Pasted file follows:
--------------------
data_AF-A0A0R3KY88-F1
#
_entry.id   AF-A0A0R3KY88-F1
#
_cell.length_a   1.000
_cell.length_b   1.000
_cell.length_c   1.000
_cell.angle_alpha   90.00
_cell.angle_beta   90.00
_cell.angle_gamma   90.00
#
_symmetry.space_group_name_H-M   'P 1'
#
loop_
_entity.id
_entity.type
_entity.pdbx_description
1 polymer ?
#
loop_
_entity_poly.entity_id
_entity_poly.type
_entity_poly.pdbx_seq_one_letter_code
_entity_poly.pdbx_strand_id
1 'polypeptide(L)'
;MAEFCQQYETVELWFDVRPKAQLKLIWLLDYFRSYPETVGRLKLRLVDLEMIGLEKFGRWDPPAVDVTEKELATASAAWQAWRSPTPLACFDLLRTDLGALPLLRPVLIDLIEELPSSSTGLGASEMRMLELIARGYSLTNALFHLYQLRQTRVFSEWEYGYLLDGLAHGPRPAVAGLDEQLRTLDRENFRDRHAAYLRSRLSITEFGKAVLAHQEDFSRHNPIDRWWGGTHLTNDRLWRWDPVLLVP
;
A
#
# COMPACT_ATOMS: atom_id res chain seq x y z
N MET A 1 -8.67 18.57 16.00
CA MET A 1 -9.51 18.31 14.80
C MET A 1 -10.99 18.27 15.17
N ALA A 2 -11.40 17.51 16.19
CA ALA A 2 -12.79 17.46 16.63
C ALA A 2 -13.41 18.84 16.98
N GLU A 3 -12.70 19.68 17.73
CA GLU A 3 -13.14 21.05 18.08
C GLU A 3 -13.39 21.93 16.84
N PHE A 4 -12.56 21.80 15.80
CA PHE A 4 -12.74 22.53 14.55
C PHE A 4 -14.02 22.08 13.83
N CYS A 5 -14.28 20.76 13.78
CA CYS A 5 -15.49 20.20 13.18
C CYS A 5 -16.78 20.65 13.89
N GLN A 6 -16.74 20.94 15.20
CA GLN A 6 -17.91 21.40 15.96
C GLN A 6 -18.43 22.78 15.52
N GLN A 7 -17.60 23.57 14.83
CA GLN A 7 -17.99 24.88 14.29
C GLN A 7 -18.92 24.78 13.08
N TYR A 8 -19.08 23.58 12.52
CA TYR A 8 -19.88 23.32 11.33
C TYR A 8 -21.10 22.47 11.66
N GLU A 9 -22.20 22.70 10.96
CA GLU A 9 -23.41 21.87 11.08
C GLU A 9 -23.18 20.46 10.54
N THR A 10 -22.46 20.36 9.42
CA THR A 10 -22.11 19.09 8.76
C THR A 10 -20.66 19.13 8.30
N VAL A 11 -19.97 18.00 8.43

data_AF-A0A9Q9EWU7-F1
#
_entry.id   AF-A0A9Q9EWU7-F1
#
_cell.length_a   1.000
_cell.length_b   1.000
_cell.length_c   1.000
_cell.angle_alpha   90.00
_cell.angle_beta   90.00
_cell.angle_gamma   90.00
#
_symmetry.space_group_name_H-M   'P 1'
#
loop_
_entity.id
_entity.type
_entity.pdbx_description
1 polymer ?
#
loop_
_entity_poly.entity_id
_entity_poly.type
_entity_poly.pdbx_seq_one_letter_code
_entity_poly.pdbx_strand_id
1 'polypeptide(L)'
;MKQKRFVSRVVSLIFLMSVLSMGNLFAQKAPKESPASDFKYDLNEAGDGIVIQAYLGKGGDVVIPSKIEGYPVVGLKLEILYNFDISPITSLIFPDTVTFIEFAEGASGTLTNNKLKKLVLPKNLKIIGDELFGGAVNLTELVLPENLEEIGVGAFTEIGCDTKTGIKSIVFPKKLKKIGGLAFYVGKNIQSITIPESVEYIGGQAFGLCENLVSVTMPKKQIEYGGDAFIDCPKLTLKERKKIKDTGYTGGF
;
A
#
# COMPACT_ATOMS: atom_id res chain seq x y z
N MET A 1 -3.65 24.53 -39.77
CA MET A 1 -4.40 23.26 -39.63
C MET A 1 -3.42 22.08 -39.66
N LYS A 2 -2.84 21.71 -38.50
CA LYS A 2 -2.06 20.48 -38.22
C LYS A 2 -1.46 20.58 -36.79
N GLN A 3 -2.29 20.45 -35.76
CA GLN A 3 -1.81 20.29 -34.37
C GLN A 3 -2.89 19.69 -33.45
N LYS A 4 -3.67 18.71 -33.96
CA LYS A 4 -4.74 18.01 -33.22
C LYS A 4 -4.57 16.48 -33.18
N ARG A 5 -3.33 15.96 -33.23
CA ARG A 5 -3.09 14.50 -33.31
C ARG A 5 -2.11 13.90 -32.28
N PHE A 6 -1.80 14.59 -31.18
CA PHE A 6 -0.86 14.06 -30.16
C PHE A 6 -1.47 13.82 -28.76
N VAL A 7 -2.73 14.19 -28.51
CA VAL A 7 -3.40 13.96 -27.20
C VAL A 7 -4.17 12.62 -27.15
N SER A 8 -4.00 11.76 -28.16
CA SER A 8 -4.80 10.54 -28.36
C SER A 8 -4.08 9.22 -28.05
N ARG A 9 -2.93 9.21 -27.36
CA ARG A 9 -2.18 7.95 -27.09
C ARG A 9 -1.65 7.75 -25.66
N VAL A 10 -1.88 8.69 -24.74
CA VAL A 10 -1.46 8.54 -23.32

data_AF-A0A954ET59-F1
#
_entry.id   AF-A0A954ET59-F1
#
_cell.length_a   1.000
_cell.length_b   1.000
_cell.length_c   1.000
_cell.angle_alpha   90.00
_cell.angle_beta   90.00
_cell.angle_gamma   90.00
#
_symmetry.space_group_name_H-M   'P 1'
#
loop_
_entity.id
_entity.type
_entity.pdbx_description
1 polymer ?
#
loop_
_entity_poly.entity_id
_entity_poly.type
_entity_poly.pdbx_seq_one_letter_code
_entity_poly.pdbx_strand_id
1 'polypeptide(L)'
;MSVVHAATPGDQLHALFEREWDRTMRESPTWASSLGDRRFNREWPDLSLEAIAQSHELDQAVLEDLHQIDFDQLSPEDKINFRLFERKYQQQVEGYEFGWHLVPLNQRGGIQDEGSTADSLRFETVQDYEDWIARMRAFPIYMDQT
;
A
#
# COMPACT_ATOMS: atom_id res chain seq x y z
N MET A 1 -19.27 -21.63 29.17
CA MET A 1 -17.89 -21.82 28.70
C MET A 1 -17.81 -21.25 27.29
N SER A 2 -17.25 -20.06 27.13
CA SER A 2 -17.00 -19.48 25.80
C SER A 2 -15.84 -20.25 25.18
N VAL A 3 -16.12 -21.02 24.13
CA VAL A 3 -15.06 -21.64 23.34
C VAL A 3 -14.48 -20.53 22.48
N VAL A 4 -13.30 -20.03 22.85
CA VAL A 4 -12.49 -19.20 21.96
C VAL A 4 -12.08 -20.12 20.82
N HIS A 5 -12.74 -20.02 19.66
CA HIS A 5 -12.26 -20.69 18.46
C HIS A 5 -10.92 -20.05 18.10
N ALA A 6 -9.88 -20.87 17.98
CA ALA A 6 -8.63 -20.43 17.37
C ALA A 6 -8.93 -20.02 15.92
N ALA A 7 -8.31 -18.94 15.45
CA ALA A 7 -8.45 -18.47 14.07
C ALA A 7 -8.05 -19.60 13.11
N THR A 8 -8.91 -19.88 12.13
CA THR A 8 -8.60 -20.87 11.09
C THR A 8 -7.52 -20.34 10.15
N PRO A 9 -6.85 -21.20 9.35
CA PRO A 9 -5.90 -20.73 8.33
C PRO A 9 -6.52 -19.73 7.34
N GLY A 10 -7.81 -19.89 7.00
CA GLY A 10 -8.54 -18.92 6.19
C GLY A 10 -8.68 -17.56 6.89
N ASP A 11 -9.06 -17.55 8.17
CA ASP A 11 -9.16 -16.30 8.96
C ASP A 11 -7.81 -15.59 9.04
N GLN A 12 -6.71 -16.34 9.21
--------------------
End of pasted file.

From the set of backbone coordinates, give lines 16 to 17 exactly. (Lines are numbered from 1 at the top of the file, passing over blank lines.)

_entity.type
_entity.pdbx_description